Say this for the health-care circus: It has been a master class in how difficult and delicate governing (as opposed to mouthing off) can be. Hill Republicans have had seven years to come up with a workable, palatable alternative to Obamacare. Instead, they have struggled and scrambled and, in shadowy, secret corners of the Capitol, cobbled together a plan—well, a succession of plans—that has thus far proved less popular than Mel Gibson at an Anti-Defamation League convention.
The impressive thing about the GOP plan is not that voters dislike it. (Though a 17 percent approval rating does merit a certain awe.) Nor that Democrats refuse to engage with it. (This is the definition of a political given.) It’s that, despite having drafted the plan along partisan lines, and with the comfort of a president who has made clear he’ll sign whatever mishmash hits his desk, Senate Majority Leader Mitch McConnell is struggling to find 50 of his own members to back the plan. The most recent version, introduced Thursday, lacked the support necessary to even begin debate. On Saturday night, McConnell announced he would postpone any consideration of the bill until after Senator John McCain returns from his surgery.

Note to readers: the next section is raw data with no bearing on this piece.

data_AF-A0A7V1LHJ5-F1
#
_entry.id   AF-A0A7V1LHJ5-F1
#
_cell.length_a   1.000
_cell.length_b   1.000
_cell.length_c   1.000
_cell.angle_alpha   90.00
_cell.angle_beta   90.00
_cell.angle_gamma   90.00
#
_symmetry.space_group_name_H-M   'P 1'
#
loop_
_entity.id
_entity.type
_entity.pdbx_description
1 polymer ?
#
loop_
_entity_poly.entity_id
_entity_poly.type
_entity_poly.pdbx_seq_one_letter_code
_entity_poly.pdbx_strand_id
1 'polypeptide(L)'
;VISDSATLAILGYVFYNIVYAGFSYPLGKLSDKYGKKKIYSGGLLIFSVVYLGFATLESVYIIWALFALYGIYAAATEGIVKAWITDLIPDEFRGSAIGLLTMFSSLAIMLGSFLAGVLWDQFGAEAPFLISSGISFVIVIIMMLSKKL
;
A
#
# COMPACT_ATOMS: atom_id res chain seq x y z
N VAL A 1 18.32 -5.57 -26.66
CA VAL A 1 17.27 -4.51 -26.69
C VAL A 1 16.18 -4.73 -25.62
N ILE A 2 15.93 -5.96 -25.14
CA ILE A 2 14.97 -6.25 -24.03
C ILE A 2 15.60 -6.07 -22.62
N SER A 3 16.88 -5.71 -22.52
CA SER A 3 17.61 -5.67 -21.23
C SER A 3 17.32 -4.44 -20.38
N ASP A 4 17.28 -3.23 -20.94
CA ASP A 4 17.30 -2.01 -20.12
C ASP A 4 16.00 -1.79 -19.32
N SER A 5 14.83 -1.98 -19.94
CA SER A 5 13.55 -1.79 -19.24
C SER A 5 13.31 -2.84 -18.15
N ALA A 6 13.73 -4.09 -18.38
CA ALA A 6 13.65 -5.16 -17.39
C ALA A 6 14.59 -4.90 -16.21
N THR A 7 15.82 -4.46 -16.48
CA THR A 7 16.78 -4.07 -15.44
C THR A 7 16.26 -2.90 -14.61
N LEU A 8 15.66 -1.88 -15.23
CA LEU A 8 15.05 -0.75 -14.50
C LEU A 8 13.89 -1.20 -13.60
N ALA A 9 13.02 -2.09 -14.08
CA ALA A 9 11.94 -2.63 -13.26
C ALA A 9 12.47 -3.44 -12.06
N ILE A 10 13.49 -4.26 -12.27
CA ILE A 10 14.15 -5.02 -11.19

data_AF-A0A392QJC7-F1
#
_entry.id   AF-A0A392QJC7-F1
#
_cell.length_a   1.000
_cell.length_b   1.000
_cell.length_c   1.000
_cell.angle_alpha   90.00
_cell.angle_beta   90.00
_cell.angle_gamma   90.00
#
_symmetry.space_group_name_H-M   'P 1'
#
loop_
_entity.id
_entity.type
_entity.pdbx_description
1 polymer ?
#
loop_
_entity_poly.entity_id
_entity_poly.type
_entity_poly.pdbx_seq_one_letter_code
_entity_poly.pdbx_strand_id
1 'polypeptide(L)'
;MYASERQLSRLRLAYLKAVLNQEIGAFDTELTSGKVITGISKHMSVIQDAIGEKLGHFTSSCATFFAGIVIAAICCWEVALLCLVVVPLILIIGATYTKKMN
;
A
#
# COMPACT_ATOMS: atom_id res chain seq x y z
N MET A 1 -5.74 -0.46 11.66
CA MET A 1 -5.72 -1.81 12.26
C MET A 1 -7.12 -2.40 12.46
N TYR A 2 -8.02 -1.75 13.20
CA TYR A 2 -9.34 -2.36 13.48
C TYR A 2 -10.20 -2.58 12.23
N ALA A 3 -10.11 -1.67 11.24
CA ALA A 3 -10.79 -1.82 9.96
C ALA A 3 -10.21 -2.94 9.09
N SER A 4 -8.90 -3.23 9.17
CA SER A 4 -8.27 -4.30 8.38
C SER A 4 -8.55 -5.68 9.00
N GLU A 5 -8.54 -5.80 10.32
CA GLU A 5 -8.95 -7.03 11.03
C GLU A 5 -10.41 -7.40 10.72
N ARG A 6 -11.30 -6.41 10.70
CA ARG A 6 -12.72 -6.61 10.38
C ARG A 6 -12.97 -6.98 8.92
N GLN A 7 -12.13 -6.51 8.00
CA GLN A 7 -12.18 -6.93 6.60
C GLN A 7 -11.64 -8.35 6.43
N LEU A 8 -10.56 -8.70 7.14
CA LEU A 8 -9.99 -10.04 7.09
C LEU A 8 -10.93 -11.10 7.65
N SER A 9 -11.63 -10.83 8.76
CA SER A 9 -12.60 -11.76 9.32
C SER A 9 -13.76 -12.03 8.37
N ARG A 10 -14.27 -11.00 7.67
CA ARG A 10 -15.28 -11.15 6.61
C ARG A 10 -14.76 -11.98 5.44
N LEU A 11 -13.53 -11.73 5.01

What is it about the bill that’s such a turn off? Depends on who you ask, when, where, and which version of the plan they’re looking at. (With policy this complicated, there’s typically something for everyone to hate.) And since the plan keeps morphing as leadership cuts some regulations here and adds some money there in the ongoing push to woo specific lawmakers, it can be tough to keep track of who is (or is not) signing on to what. (This is itself a sneaky tool of the trade.)
So, for those keeping score at home, here’s …read more
Via:: The Atlantic